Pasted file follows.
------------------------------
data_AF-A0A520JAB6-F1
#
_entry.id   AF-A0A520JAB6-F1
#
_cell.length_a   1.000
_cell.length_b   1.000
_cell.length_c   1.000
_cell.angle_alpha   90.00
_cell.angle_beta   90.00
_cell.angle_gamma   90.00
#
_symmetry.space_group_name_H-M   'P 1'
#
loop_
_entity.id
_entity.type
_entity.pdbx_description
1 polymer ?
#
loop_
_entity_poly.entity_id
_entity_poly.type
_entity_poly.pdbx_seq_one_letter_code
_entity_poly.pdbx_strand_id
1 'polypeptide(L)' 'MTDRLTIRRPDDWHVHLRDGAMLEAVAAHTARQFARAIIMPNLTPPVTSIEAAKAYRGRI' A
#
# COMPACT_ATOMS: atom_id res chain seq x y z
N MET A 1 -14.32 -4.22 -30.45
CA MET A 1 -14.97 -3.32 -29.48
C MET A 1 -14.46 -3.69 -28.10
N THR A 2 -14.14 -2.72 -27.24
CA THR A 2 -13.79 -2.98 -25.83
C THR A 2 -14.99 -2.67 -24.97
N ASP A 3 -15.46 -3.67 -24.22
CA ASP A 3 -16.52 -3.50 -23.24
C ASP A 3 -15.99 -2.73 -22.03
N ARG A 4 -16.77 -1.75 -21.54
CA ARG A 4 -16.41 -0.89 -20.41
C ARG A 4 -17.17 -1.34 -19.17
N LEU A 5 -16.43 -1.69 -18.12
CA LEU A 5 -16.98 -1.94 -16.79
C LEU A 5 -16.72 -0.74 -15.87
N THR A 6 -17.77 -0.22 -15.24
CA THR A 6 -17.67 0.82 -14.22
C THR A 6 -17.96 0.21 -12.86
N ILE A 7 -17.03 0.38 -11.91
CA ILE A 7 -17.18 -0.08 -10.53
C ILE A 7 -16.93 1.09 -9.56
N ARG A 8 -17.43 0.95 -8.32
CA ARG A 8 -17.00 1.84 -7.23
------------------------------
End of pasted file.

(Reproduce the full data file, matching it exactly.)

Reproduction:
data_AF-A0A520JAB6-F1
#
_entry.id   AF-A0A520JAB6-F1
#
_cell.length_a   1.000
_cell.length_b   1.000
_cell.length_c   1.000
_cell.angle_alpha   90.00
_cell.angle_beta   90.00
_cell.angle_gamma   90.00
#
_symmetry.space_group_name_H-M   'P 1'
#
loop_
_entity.id
_entity.type
_entity.pdbx_description
1 polymer ?
#
loop_
_entity_poly.entity_id
_entity_poly.type
_entity_poly.pdbx_seq_one_letter_code
_entity_poly.pdbx_strand_id
1 'polypeptide(L)' 'MTDRLTIRRPDDWHVHLRDGAMLEAVAAHTARQFARAIIMPNLTPPVTSIEAAKAYRGRI' A
#
# COMPACT_ATOMS: atom_id res chain seq x y z
N MET A 1 -14.32 -4.22 -30.45
CA MET A 1 -14.97 -3.32 -29.48
C MET A 1 -14.46 -3.69 -28.10
N THR A 2 -14.14 -2.72 -27.24
CA THR A 2 -13.79 -2.98 -25.83
C THR A 2 -14.99 -2.67 -24.97
N ASP A 3 -15.46 -3.67 -24.22
CA ASP A 3 -16.52 -3.50 -23.24
C ASP A 3 -15.99 -2.73 -22.03
N ARG A 4 -16.77 -1.75 -21.54
CA ARG A 4 -16.41 -0.89 -20.41
C ARG A 4 -17.17 -1.34 -19.17
N LEU A 5 -16.43 -1.69 -18.12
CA LEU A 5 -16.98 -1.94 -16.79
C LEU A 5 -16.72 -0.74 -15.87
N THR A 6 -17.77 -0.22 -15.24
CA THR A 6 -17.67 0.82 -14.22
C THR A 6 -17.96 0.21 -12.86
N ILE A 7 -17.03 0.38 -11.91
CA ILE A 7 -17.18 -0.08 -10.53
C ILE A 7 -16.93 1.09 -9.56
N ARG A 8 -17.43 0.95 -8.32
CA ARG A 8 -17.00 1.84 -7.23